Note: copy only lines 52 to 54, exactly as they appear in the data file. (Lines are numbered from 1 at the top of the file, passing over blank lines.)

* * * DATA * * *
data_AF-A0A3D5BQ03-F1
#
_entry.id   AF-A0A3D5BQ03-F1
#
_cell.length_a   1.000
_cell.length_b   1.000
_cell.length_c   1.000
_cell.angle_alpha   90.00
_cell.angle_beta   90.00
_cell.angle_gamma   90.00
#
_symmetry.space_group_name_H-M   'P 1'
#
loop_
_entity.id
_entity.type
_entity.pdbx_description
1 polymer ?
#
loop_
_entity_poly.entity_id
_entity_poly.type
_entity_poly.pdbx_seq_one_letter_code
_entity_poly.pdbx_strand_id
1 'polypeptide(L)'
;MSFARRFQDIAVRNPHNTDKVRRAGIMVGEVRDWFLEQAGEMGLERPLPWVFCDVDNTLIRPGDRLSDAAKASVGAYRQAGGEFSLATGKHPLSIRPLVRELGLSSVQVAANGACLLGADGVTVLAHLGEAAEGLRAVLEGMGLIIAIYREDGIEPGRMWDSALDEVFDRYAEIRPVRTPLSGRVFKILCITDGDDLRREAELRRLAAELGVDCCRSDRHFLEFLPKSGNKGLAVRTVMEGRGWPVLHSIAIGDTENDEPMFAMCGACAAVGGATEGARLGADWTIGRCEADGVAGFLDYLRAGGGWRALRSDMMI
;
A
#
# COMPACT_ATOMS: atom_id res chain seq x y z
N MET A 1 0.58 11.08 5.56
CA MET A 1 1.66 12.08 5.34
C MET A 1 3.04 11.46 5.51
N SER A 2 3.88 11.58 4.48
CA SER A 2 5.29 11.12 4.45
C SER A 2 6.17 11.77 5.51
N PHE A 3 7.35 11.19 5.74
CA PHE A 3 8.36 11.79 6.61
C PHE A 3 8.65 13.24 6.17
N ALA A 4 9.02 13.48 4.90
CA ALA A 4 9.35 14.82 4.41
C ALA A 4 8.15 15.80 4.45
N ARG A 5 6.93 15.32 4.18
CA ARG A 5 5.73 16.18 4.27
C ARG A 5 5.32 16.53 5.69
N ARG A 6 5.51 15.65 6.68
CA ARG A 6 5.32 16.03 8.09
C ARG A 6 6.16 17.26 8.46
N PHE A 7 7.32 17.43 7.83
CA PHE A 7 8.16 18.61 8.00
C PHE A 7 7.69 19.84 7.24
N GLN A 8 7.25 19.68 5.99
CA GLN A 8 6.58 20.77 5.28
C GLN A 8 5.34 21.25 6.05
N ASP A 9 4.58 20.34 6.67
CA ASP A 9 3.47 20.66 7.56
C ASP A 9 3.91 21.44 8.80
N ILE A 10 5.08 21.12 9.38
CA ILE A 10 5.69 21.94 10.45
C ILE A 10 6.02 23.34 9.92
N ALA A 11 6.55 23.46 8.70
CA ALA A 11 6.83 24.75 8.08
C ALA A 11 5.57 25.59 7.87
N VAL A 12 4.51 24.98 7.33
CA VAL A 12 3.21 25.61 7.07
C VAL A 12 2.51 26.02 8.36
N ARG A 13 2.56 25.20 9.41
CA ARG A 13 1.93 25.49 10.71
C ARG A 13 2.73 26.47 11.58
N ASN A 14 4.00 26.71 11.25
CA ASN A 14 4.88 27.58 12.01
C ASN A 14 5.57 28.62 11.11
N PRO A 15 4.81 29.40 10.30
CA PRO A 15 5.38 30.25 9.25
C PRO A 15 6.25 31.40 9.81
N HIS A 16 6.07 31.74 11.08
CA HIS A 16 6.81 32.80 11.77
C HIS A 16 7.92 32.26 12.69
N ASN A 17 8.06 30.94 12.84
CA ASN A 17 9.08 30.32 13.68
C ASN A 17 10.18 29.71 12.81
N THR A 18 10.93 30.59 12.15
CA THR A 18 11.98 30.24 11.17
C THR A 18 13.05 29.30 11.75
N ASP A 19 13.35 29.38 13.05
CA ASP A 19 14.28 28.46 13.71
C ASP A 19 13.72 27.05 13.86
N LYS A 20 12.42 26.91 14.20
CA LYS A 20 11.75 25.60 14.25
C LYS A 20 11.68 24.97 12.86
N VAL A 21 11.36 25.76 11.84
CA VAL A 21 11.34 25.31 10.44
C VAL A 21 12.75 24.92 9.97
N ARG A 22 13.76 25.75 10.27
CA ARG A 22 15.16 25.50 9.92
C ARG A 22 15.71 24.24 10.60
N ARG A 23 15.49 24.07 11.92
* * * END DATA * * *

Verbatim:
N GLN A 8 7.25 19.68 5.99
CA GLN A 8 6.58 20.77 5.28
C GLN A 8 5.34 21.25 6.05